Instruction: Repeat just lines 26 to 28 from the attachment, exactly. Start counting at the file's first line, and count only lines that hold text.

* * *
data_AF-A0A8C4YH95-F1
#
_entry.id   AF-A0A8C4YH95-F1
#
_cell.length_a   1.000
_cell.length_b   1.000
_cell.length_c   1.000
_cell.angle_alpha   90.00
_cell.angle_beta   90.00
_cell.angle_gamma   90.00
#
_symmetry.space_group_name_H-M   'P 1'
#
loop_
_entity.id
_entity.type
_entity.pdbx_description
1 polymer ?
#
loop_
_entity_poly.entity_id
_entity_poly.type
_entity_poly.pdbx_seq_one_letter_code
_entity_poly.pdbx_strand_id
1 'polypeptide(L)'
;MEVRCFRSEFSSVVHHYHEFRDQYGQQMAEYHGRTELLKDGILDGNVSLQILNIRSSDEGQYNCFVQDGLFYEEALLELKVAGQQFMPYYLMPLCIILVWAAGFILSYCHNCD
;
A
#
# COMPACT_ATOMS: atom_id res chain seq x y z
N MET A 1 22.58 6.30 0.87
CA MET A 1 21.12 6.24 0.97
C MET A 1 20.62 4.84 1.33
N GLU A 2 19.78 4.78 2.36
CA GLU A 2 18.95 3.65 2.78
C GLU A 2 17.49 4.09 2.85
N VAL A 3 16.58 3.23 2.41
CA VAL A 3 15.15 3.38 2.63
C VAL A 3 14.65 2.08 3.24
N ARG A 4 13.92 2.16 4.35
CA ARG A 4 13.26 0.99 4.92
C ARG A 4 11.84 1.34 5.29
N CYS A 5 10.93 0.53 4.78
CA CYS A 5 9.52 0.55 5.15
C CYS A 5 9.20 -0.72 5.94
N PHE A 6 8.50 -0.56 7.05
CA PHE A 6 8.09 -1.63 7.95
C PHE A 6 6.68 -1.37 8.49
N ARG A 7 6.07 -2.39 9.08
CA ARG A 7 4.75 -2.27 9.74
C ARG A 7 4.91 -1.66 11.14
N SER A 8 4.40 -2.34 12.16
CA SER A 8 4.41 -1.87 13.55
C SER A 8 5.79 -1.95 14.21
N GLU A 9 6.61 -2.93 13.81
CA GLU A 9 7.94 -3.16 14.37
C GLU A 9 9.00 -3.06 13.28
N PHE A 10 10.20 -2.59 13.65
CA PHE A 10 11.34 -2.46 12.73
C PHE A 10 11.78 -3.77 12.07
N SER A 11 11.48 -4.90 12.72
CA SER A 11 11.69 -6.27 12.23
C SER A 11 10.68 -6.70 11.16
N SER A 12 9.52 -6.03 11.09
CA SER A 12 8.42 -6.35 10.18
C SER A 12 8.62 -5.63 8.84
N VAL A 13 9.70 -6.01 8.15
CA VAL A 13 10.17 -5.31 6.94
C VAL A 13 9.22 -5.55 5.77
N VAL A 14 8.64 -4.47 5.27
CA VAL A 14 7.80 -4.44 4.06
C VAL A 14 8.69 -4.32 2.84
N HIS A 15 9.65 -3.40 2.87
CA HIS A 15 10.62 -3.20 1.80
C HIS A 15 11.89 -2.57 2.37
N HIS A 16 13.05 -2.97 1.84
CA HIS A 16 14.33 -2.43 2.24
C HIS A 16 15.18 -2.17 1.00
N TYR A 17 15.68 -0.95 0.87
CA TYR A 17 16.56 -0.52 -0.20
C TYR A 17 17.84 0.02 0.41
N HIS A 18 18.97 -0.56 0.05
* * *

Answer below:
;MEVRCFRSEFSSVVHHYHEFRDQYGQQMAEYHGRTELLKDGILDGNVSLQILNIRSSDEGQYNCFVQDGLFYEEALLELKVAGQQFMPYYLMPLCIILVWAAGFILSYCHNCD
;
A